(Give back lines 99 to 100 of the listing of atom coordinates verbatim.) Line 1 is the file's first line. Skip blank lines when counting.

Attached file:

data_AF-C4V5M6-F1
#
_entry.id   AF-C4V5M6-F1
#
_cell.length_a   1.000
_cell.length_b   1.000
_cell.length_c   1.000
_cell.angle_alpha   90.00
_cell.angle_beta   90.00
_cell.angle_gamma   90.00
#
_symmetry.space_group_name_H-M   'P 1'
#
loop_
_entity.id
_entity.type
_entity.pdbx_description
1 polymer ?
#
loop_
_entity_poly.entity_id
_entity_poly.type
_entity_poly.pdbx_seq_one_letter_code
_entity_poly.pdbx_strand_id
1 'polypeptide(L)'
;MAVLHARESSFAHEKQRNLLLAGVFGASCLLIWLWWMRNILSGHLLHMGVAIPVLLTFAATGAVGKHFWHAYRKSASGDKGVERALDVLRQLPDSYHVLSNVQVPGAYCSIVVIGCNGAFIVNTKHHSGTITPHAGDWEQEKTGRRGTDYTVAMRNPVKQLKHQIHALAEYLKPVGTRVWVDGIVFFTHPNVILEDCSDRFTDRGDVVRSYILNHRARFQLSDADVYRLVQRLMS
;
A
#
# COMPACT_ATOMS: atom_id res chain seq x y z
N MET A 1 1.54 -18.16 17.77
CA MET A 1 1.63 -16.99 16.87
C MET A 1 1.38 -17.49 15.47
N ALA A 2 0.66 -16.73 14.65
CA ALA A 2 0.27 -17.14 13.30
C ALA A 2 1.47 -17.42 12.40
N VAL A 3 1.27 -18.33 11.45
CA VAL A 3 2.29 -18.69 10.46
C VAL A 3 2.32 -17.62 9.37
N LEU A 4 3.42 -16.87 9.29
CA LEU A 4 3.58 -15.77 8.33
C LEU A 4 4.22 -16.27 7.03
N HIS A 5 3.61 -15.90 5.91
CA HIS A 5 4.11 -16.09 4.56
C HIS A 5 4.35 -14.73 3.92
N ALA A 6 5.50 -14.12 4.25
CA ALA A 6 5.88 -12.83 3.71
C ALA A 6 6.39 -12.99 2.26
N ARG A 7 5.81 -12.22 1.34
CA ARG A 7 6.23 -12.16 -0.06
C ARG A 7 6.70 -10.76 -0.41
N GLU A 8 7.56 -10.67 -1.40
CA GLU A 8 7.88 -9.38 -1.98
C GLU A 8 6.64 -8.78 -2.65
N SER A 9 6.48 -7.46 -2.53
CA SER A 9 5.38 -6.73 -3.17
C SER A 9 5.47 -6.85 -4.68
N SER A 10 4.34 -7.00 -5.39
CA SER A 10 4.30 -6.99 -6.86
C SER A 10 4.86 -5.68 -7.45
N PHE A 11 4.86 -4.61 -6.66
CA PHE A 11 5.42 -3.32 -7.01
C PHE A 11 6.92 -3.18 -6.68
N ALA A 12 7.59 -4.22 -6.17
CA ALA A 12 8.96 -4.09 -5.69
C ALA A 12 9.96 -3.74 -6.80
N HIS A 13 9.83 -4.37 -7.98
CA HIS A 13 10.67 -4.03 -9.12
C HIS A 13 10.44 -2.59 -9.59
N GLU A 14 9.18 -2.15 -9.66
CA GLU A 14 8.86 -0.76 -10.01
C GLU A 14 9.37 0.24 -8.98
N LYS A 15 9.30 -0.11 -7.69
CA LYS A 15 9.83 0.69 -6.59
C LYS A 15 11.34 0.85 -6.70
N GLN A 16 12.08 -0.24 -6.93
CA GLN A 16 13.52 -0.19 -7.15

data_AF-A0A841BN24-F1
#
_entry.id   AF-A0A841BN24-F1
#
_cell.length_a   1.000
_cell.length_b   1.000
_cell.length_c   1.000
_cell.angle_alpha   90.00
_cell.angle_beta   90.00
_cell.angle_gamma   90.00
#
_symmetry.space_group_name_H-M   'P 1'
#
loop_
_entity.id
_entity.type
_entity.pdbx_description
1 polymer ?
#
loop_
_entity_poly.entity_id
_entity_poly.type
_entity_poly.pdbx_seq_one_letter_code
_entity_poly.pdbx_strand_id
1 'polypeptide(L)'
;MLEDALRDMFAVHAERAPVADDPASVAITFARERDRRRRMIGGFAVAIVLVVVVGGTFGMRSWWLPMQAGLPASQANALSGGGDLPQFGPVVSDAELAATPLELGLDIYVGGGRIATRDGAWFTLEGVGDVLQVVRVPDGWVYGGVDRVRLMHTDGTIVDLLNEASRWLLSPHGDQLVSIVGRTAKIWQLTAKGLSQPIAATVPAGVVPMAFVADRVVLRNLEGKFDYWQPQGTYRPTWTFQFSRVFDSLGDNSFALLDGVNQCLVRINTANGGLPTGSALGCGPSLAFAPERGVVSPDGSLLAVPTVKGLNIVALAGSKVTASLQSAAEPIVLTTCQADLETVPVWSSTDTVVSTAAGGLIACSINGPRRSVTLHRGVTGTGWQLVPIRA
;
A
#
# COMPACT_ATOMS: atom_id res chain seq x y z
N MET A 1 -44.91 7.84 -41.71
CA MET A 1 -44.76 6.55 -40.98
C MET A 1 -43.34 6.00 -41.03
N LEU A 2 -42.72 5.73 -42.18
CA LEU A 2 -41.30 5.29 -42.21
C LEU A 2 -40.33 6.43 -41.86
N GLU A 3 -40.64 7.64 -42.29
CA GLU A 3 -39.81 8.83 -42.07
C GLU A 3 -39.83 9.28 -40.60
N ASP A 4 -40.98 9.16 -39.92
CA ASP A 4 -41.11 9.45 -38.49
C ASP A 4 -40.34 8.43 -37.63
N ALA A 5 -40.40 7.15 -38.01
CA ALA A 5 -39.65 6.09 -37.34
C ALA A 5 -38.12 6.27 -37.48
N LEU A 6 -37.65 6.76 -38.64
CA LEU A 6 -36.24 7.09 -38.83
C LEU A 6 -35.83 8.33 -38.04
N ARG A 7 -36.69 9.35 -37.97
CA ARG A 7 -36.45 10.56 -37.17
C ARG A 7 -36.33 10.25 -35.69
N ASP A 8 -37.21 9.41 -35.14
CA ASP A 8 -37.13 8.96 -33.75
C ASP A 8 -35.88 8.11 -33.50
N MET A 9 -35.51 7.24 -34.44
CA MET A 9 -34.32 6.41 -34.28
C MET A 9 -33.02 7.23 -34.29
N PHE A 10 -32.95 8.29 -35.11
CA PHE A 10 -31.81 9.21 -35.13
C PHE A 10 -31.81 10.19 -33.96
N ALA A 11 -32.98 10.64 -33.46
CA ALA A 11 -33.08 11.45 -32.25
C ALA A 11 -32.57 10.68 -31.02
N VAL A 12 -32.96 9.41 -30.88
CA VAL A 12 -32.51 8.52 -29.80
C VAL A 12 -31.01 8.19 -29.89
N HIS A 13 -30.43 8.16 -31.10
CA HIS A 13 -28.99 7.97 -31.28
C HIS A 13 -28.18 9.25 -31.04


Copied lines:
_entity_poly.type
_entity_poly.pdbx_seq_one_letter_code